The cause of the Oakleigh riot was the cancellation of an Easter drag race at Calder Park sponsored by Bob Jane T-Marts. On 19 March disappointed fans took to the street to protest but became violent at a Bob Jane T-Mart store in Oakleigh. The store was torched and looted and the owner was lucky to escape with minor injuries. Hundreds of drag racing fans trashed the store, broke windows and stole car parts from inside, forcing bystanders to flee for safety. Although the three charged on 1 April were all middle-eastern, there was no suggestion the riot was racially motivated. However the Amrs felt unfairly treated by Channel Seven and Nine camera operators who followed them down the street after their court appearance. The camera operators’s behaviour may be unedifying, but is hardly unusual. The pedestrian parade is a staple of TV news court reporting often with the suspect / victim covering their face as they walk away from court. It was Simon Fuller’s job to follow the Amrs out of the court room and grab footage of Omar for that night’s Channel Nine news.When Gad Amr asked him to stop filming, Fuller’s reply was “I’m just doing my job”. Fuller was doing his job but the question is whether he was “just” doing that. In the footage of the incident dissected by Media Watch, Jonathan Holmes said “at most he needed a couple of shots of the pair. You’d think he’d have got enough by now.”
So why did Fuller keep shooting? It would appear from that moment on, it became personal. Amr came close to Fuller as if threatening (this was the only footage of the incident shown by an opportunistic Channel Seven whose own camera operator was also following the action). Fuller became defensive saying “You don’t touch me” and “You don’t touch people” before retreating to his Nuremberg Defence of “We’re just doing our jobs.” As Holmes said “You don’t touch people. But it’s fine, apparently, to stick a camera in their faces for minutes on end while they walk down a public street.”
The argument degenerated into a swearing match. The son Omar called Fuller “a fucking knuckle” to which Fuller replied “you fucking terrorist”. It is likely this insult cost Fuller his job. After Media Watch got hold of the footage and contacted Channel Nine, they were told Fuller was “stood down pending the completion of an investigation”. Two days later he was sacked.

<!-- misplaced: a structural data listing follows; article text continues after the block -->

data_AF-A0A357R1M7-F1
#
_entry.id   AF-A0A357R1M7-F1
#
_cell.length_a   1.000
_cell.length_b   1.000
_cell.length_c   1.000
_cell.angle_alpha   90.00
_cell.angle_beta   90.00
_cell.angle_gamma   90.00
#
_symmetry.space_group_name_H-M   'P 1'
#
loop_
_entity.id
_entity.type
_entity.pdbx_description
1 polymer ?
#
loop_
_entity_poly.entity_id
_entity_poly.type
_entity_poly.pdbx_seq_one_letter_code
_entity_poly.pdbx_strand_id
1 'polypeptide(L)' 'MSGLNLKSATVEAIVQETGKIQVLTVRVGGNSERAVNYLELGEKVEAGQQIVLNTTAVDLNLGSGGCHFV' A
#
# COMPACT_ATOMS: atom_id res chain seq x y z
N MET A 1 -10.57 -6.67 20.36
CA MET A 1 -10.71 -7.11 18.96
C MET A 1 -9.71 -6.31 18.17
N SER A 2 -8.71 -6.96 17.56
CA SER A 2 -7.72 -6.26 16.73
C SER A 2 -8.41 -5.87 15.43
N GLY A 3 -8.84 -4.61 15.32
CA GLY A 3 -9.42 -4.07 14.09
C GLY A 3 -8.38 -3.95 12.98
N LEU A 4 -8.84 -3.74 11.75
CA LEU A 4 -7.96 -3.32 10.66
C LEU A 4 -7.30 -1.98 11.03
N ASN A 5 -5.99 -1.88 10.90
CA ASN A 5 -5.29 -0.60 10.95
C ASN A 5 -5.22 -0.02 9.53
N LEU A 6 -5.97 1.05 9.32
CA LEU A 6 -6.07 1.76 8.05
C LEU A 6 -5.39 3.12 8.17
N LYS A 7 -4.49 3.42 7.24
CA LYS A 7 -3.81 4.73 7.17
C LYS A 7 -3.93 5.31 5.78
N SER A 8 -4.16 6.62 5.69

Fuller was a scapegoat though he did wrong. He filmed the Amrs for too long but probably figured his employers would love the image of the aggressive middle easterners attacking an “innocent” media person. (This is exactly what Channel Seven and Ten did with the footage while Nine did not show any of it.) His racist attack of “fucking terrorist” was provocative though the Amrs’ own behaviour (particularly the son Omar’s) was aggressive also. Fuller’s obscenity was heat of the moment stuff that could have been dealt with a rebuke and a personal apology to the Amrs.
Fuller is now unemployed because his behaviour was publicly revealed. He besmirched Nine not because he overstepped the mark but because he was caught making a racial slur. Individuals need to be responsible for their actions, but their employers must be clear about what is expected of them. Fuller is a scapegoat for rotten corporate practices. Nine will feel good about themselves but they will continue to harass members of the public in the interest of news ratings.
For a vigorous rebuttal of my take on this, I am indebted to Jo White, an American-based Australian journalist, critic and researcher who goes by the online name of Mediamum. When I called Fuller a scapegoat on Twitter, White said he got what he deserved and it was people like him that gave journalists such a bad reputation. “What he did was unethical, reprehensible and about as bad as journalism gets,” wrote White. “He should have been sacked fifty times.” White said Fuller got involved in the story, abused his position and the “terrorist” slur was not a heat of the moment offence. “The problem is each journalist should take responsibility for their own actions and not hide behind employers,” she wrote. “Sacking Fuller won’t solve the problem. But it gets rid of one albeit small representation of it.”